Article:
The name Scarpetta is derived from the Italian expression, 'fare la Scarpetta,' which means to savor a meal to the last bite, according to a statement.
Damage to Bahamas shipyard leaves cruise lines scrambling
The aft end of the Carnival Vista on the Boka Vanguard at the Grand Bahama Shipyard.
Damage to a drydock facility at the Grand Bahama Shipyard in the Bahamas is proving inconvenient and expensive for the cruise industry, and it demonstrates how few drydock options exist on the U.S. East Coast.
The damaged drydock, the largest of three at Grand Bahama, was put out of commission on April 1 when a crane collapsed while raising the stern of the Oasis of the Seas to repair its propulsion pods.
The accident forced Royal Caribbean Cruises Ltd. (RCCL) to take the Oasis to a yard in Europe to finish repairing it.
The repairs, plus the cost of three canceled Oasis cruises, will pare an estimated $52 million from RCCL's 2019 earnings.
But Royal is not the only line affected by the loss of the Bahamas drydock.
In June, Carnival Cruise Line's 4,000-passenger Carnival Vista also developed a problem with its Azipod motors that required immediate replacement of their bearings. Normally, the work would have been done in drydock at Grand Bahama, a facility jointly owned by RCCL and Carnival Corp.
But on June 20, Carnival Cruise Line disclosed to investors that because it was not possible to use Grand Bahama, the ship would go out of service for 17 days, and three July cruises from Galveston, Texas, would be canceled.
The cost was projected at between $50 million and $62 million, partly because it will take more time to complete than it would have if the ship had been drydocked in the Bahamas.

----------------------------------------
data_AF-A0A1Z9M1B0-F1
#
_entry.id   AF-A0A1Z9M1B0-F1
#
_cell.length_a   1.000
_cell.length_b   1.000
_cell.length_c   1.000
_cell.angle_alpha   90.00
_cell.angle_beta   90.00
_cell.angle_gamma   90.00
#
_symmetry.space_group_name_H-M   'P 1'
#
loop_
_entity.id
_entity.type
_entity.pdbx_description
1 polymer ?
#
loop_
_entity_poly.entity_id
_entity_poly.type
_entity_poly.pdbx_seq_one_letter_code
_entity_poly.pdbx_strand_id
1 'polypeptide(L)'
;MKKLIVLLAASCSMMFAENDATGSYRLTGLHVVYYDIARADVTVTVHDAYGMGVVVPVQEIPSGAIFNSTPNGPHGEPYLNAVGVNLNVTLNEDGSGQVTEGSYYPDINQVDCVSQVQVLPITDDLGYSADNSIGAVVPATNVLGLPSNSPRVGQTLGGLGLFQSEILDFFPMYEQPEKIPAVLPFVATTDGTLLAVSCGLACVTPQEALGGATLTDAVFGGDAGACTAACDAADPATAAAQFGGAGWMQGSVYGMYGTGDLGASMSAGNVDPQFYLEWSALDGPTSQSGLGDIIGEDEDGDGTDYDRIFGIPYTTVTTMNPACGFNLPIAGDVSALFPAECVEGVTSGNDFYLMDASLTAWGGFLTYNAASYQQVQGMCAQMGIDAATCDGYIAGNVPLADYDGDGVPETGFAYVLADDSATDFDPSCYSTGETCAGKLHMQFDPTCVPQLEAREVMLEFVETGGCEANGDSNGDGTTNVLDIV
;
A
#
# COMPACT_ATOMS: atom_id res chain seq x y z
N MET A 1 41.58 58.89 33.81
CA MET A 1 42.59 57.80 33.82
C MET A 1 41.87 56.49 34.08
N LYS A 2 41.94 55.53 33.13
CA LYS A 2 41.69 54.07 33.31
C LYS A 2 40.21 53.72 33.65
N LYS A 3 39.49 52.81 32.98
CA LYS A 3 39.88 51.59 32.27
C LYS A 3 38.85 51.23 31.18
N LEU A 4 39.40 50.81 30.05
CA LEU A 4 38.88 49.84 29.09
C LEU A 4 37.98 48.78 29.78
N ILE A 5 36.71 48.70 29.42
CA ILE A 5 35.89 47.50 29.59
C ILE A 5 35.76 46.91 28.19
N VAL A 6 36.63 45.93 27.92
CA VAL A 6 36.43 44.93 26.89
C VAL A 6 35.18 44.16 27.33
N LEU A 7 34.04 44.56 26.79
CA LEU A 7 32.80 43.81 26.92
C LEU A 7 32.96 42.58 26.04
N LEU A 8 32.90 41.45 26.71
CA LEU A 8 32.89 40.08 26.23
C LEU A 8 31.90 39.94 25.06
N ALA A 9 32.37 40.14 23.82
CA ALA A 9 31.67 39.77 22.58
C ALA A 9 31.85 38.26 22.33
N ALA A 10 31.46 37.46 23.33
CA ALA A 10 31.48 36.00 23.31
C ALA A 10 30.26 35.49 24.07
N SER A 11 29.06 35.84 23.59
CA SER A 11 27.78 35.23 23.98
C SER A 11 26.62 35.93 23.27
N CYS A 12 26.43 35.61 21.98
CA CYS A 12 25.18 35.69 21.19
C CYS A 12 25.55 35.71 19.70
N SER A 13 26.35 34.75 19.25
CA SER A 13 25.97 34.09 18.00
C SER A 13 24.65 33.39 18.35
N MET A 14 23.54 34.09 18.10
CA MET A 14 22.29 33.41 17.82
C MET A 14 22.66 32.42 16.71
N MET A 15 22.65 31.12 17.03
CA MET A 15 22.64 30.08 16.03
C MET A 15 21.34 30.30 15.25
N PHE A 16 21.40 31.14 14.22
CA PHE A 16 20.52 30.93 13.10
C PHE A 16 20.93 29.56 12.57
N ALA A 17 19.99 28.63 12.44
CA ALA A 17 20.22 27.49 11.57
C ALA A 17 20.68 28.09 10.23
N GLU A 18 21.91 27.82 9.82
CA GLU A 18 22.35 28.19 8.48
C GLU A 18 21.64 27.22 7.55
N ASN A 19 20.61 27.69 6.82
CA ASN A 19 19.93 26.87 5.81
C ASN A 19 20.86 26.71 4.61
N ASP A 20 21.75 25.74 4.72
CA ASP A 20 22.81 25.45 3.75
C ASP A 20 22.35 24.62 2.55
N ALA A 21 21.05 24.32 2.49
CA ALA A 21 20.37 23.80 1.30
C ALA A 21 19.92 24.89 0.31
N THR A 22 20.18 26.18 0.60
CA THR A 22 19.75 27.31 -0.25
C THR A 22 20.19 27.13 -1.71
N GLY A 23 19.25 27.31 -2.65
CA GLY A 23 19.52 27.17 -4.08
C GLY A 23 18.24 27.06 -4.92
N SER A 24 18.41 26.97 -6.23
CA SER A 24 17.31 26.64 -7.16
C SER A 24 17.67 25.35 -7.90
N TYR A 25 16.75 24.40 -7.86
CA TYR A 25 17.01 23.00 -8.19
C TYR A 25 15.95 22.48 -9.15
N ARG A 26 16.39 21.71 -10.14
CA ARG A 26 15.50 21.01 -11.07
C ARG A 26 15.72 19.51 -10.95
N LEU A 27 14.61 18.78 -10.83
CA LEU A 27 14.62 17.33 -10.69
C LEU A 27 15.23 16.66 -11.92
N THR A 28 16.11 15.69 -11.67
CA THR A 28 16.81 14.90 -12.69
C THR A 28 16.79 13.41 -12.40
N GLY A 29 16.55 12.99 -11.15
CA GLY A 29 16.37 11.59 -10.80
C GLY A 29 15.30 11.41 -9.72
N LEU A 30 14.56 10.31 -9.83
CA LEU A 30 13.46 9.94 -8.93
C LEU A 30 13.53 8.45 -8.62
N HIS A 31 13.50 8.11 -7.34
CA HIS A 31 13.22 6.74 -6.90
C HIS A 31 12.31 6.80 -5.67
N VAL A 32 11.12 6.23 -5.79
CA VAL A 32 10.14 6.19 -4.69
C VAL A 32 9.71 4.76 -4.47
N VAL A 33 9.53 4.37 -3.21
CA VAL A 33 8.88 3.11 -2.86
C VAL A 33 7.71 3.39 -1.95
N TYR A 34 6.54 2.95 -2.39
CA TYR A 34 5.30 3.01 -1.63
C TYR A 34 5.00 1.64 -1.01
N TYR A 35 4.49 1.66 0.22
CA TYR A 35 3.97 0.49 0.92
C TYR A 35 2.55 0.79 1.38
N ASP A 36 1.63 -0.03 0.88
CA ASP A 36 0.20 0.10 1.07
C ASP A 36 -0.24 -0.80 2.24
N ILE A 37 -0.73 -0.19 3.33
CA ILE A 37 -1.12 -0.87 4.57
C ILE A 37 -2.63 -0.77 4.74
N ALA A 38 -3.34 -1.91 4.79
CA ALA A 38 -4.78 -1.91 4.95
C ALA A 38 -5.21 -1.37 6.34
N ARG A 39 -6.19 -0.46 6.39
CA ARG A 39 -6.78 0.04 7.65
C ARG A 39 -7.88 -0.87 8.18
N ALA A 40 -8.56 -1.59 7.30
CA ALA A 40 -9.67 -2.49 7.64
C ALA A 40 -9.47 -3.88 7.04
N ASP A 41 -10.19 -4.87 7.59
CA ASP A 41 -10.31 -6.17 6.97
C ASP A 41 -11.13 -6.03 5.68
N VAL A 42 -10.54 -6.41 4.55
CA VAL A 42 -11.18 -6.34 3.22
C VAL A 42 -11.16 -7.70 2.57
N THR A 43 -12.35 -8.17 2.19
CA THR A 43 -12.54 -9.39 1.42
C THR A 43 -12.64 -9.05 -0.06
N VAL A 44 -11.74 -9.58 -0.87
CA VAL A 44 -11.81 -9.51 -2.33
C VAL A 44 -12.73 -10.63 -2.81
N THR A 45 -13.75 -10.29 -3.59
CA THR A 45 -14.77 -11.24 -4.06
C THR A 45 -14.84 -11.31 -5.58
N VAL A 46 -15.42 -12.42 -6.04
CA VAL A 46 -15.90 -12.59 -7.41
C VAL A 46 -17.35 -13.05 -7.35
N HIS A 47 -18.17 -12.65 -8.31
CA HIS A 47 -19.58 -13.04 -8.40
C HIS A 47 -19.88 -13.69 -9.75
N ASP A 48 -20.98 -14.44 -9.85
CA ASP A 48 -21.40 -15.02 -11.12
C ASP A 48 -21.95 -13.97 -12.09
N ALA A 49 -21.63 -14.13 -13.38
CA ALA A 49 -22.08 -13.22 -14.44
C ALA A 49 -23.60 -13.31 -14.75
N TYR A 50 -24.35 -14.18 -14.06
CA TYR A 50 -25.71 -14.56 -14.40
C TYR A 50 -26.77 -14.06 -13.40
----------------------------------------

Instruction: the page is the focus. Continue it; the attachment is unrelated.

Carnival turned to what it said was a "first of its kind" solution, loading the entire ship onto a semi-submersible, heavy-lift transport vessel, the Boka Vanguard, built to haul offshore oil and gas drilling rigs.
The loading and lifting operation was scheduled for the weekend of July 12 to 14, after which the Vista was to head for the Grand Bahama yard for the repair work.
Both situations underscore how dependent cruise lines are on Grand Bahama Shipyard for drydock space that is within a quick sailing distance from their headquarters in Florida and from ports on the Eastern Seaboard.
Walter Nadolny, assistant professor of marine transportation, ship construction and stability at the State University of New York's Maritime College, said there are several reasons for the infrastructure deficit.
One is that costs are low in the Bahamas.
"The United States is the most expensive place in the world to build and repair a ship," Nadolny said. Most U.S. shipyards of the size needed to work on late-model cruise ships are accustomed to cost-plus contracts from the U.S. Navy and are too expensive, he said.
The Carnival Vista arrives at night in Grand Bahama after being picked up by the Boka Vanguard.
Second, the specialized gear and materials have been concentrated in Grand Bahamas and are not easily duplicated.
"If they brought [the Carnival Vista] into Jacksonville Yard, in Jacksonville, Fla., right now by bringing in all the stuff they need to do the repair, they'd be incurring duties," Nadolny said. "The logistics they need are probably sitting in the Bahamas, which means we've got to bring people in, we've got to bring equipment in, [and] it could be stuck in customs."
Cruise lines have grown to rely heavily on Grand Bahama because most of what they do there is routine refurbishments that are predictable and can be scheduled well in advance, he said.
But unforeseen situations are posing more of a challenge. "The intricacies of changing out Azipods make it a little more difficult," Nadolny said.
Carnival had the option of sending the Vista to Europe, where cruise ship drydocks are more numerous, Nadolny said, but that would have meant extra transit time.
"Now, instead of a three-week downtime, it's going to be a seven-week downtime or a 10-week downtime," he said about the European alternative.
Before 2000, when the predecessor of Grand Bahama Shipyard was founded in Freeport, cruise lines were more dependent on U.S. yards. For example, when the Carnival Ecstasy caught fire leaving Miami in 1998, it was sent to the giant Newport News Shipbuilding yard in Hampton Roads, Va.
But ships have been growing in size.
"The reason why Grand Bahama came about is specifically that there were no large drydocks in the southeast part of the U.S. that could accommodate these mega-cruise ships," said Lawrence Rapp, principal consultant at Seawise Consulting, which focuses on new building and refurbishment management.